Ankara, 13.03.2016

The first one hit us off guard. I never saw it coming. I never knew the reason why anybody would want to kill people that marched for peace. That day, I learned how to count. Apparently, one to one hundred two takes a lot of time to complete when you count not by numbers, but by names, contemplating about each life that has now disappeared. The second one was surprising. It was a bit like a joke, given that the ones that are supposed to protect you have no clue about what could ever happen after we have already lost too many. I did not want to acknowledge the incompetence that has resulted in this extent of a disaster, let alone to attempt that maybe it was all on purpose, that it was not because of lack of skill, but it was actually elaborately planned to destroy everything left that resembled hope. From then on, I had got adapted to live with fear for my life, and those of my loved ones, and the thing that I was afraid of so much was just the one that made it to the headlines, the rest of what the outrage offered was only little newsworthy. The last one, I had it coming. I have been waiting for something to happen at last that is so tragic and traumatic that it could actually relieve me, because I would finally be over with it. I am desperately wishing something so big to happen that then I can confidently say that it is it, and what has to come next is only predictable. I have come to a point where I am not only ashamed of my life continuing as if nothing ever happens, but I also want everything to end one way or another. It might merely take just one shot to kill us all at once, so that we do not have to bear all the pain of what has happened and what will, and would.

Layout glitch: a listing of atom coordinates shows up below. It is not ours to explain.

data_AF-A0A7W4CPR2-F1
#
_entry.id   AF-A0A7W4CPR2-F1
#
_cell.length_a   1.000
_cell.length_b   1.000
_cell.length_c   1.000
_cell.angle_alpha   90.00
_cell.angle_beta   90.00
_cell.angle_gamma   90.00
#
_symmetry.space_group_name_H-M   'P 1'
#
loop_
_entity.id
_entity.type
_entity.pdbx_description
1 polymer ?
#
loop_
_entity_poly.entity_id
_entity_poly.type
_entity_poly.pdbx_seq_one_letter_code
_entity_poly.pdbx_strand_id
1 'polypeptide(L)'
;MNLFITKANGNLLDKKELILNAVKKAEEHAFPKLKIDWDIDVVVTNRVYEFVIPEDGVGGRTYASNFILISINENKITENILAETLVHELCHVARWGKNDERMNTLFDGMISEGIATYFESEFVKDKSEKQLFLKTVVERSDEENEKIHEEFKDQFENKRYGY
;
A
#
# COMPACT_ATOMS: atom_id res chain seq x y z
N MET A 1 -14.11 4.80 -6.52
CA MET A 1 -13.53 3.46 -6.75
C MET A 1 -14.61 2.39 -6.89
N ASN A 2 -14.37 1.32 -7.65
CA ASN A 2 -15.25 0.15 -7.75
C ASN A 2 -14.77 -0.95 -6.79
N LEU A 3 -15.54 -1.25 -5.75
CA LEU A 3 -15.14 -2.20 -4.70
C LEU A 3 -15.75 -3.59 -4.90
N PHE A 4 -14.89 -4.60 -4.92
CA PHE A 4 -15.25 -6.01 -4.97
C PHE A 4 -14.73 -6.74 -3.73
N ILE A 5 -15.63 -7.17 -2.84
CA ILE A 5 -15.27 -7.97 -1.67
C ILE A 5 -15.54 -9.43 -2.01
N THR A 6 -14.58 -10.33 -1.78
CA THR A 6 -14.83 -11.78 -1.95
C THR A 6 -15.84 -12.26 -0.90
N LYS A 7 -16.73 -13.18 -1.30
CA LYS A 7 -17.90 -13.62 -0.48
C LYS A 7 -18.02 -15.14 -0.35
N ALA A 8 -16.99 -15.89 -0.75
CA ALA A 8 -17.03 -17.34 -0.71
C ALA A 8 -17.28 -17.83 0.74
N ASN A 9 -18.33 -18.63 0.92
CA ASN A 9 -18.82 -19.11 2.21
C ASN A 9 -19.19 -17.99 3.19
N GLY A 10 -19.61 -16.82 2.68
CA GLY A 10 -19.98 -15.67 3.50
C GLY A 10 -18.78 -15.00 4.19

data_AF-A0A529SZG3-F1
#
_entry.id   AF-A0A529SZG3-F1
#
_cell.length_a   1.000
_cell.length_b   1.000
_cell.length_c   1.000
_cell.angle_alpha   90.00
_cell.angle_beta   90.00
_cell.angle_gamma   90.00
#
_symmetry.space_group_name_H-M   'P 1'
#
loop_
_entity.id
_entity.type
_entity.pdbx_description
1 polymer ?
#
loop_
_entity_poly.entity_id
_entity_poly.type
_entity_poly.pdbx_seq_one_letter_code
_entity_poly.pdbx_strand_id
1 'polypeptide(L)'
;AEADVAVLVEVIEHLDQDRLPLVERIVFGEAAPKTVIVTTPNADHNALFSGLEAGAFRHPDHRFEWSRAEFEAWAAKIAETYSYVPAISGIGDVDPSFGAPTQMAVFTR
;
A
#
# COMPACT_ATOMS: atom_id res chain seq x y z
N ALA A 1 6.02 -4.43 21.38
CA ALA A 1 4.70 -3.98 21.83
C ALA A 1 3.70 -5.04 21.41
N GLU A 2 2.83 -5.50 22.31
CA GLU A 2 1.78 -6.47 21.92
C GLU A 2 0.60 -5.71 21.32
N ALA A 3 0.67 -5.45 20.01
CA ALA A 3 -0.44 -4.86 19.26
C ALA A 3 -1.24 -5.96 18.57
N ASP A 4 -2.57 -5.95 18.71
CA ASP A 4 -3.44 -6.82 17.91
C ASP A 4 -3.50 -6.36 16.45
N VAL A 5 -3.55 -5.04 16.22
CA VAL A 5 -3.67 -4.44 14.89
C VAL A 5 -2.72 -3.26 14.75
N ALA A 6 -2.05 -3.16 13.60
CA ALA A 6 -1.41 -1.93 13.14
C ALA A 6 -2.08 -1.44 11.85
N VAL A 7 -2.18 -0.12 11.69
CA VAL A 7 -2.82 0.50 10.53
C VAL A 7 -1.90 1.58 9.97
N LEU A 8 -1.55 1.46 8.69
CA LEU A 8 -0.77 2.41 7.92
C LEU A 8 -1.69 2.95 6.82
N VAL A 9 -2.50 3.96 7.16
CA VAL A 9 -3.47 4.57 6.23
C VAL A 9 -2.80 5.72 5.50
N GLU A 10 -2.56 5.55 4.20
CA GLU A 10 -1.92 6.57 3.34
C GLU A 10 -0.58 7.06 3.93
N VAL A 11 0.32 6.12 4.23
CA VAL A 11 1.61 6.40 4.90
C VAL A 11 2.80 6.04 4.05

But we cannot take the shortcut, we cannot know beforehand, because when we actually know, it is only a little effective. We have to carry the burden of potential danger, we have to see with our own eyes that a government across the seas is calling its citizens to awareness, because they are cared for. But the leftover we deserve is to see policemen standing outside the park, where you have a very nice view of explosions, checking ID’s of random street wanderers, but when there actually is a notice of threat, which almost only lacks the names of the attackers, it cannot be prevented. Our share is to swallow this fallacy.
May all this end one day.


This entry was posted on 16 March 2016 and is filed under ,,,,,,,,,. You can follow any responses to this entry through the RSS 2.0. Responses are currently closed.